(building crescendo) (falling crescendo) - [Instructor] So, we're going to take literally everything we've covered in this course and put it to use. Now, obviously, that's no small task but don't be overwhelmed. Think of this as just a quick thinking exercise really. First, you're going to have to understand your data. That's a very important component to all of this, of course. And you may also need to reorganize your data, so keep that in mind. Second, I want you to think about a visual approach. Of course, that's the goal for this entire course, right? Third, once you've done that initial thinking and planning, I'd like you to take that visual approach that's in your mind's eye, I want you to sketch it out, and to sketch it in a form that you could present to a client.
It doesn't have to be perfect, it doesn't have to be beautiful, but it has to be cohesive and finished enough that you could stand in front of a client and explain it. Which gets us to the fourth objective, which is that all of your ideas should be defensible. You should have solid reasons for every choice that you make during this challenge. So, here it is. This is a spreadsheet that I was given by a client of mine and he referred to this as the perfect report. He loved this thing. So, what is it? This is a sales performance ranking report for Acme Widgets company for the month of May 2014.
We have five salespeople in this company. Each one gets his own column and then there's a totals column. And the report is broken into four categories. First of all is unit count, and so we have a row representing total units. So, person one sold 60 widgets in May. Person two sold 74, et cetera. And then, you'll see below that these different categories. And you'll notice that these numbers don't all add up to the total, right? So, what this is is think about it like add-ons or accessories for cars.
So, out of 60 cars that were sold, 54 of them had a whatsit and 28 of them had a doohickey. The second category is penetration. What that represents is the percentage of total units that were sold with that particular add-on. So, 90% of the units that were sold had whatsits, 47% had doohickeys for this person number one during this month. You'll notice at the bottom of this section, there are these two rows, product index and combined index. All that these are is the addition of these values.
So, the combined index is just the sum of .9 plus .47 plus .38, et cetera all the way down the line. The product index is the exact same thing but without the whatsits category. If you click in, you'll actually see the formulas in Excel and you'll see how the math was done. The third section here is income. Pretty straightforward. We sold $23,000 worth of whatsits this month for person number one. $26,000 of doohickeys. You'll also know, at the bottom of this one, in addition to a total row, another extra little bonus row called PRU.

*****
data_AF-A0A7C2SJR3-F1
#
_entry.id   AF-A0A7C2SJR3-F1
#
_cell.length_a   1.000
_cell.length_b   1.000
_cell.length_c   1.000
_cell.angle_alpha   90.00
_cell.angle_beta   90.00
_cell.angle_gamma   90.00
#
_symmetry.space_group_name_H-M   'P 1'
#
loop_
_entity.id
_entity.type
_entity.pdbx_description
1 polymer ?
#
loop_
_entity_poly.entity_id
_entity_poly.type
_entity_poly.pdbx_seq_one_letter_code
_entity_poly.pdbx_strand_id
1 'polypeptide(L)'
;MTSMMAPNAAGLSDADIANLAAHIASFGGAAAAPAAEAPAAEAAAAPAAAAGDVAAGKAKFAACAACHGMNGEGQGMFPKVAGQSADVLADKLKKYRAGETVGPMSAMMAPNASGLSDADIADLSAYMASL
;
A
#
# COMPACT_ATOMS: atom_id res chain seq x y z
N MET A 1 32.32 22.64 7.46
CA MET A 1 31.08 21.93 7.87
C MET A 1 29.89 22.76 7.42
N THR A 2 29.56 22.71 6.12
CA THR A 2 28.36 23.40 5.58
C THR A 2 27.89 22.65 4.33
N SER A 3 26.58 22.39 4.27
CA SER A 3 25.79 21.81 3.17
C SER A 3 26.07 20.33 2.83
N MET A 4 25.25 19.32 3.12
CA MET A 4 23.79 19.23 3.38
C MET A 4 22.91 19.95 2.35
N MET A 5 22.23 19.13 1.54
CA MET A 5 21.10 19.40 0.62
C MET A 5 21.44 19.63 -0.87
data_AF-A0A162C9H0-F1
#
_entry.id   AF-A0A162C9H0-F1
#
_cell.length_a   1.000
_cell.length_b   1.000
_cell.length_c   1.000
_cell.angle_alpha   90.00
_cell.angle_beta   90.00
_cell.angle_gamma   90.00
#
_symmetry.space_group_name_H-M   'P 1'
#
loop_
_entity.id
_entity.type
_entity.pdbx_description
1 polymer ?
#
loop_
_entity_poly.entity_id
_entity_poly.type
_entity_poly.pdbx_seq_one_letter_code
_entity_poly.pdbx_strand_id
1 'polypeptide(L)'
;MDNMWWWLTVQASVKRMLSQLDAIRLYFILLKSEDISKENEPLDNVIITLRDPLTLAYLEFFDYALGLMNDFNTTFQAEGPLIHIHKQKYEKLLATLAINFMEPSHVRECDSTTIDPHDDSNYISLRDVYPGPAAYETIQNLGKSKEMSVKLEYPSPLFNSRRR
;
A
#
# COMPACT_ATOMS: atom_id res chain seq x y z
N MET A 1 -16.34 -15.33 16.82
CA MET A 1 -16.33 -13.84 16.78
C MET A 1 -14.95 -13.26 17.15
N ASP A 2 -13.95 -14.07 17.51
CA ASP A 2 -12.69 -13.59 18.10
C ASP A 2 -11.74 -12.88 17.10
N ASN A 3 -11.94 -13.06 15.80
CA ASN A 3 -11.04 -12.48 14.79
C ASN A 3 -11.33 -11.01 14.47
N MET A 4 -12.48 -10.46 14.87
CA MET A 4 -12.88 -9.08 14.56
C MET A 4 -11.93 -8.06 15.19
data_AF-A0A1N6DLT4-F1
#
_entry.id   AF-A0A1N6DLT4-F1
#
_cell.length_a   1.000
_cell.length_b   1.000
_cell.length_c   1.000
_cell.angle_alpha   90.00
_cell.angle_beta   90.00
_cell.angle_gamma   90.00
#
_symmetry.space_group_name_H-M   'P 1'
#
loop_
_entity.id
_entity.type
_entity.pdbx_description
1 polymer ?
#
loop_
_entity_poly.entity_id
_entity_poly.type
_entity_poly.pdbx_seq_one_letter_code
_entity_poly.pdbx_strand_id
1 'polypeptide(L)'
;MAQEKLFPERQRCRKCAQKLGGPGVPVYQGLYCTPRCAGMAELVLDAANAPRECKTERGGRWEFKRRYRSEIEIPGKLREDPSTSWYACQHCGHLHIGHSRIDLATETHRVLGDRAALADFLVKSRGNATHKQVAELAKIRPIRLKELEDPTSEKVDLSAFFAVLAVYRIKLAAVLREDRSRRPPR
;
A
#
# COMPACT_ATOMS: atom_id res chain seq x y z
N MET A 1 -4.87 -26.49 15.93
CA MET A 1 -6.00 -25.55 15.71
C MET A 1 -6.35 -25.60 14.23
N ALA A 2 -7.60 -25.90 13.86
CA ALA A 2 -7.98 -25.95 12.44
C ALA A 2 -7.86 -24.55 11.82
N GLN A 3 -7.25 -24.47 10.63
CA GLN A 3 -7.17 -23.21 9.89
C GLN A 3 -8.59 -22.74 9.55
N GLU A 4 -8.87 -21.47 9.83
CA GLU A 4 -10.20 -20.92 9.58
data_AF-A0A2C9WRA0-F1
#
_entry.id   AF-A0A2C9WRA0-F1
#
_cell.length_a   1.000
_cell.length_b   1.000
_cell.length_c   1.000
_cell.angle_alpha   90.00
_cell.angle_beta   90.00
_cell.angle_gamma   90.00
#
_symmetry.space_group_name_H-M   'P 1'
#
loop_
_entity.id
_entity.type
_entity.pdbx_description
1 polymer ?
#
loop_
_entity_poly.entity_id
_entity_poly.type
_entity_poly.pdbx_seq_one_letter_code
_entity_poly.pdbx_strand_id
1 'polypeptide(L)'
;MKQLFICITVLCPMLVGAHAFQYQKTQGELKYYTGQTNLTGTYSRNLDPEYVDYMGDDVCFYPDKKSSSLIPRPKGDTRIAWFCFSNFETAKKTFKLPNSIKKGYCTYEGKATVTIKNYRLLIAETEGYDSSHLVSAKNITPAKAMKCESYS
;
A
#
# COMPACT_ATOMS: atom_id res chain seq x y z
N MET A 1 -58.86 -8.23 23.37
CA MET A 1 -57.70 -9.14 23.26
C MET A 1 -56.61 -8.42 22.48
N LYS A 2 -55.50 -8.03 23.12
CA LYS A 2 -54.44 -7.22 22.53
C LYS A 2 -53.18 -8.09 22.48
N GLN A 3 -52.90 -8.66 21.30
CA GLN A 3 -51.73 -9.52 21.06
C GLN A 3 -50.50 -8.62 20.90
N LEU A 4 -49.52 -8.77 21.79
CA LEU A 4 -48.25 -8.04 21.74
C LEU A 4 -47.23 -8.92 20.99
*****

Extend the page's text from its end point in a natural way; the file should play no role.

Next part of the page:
And what this represents is the entire sum, so $63,000, divided by the total units. Per retail unit, they sold $1050. Finally, we have the rankings section. Here, you have person by person rankings across the different categories. So, in terms of sales of gadgets, person number three was the best salesperson. In terms of babooms, it was person number two. And person number one in this category was the worst. We also have a total score and then the total rank overall.
And once again, person number three is doing a really good job, person number one probably has some work to do. So, that's it. That is the data that I was given. Again, my client told me this was the perfect report and so, your challenge is to take this perfect report and make it more perfect. Take 20 minutes. You don't have to do a perfect representation of this data in 20 minutes, no one could do that. But I want you to do your best job. As I mentioned, keep the objectives in mind. You want to understand your data. You might need to reorganize it. Think about a visual approach. Sketch it up in a way that your client will understand what you're trying to present and make sure you can defend your ideas.
Have fun and come back and you'll see how I solved this challenge.
- Describe the process by which individuals’ interests are incorporated into data visualizations.
- Differentiate the use of the Ws in data visualization.
- Explain techniques involved in defining your narrative when visualizing data.
- Identify the factors that make data visualizations relatable to an audience’s interests and needs.
- Review the appropriate use of charts in data visualizations.
- Define the process involved in applying interactivity to data visualizations.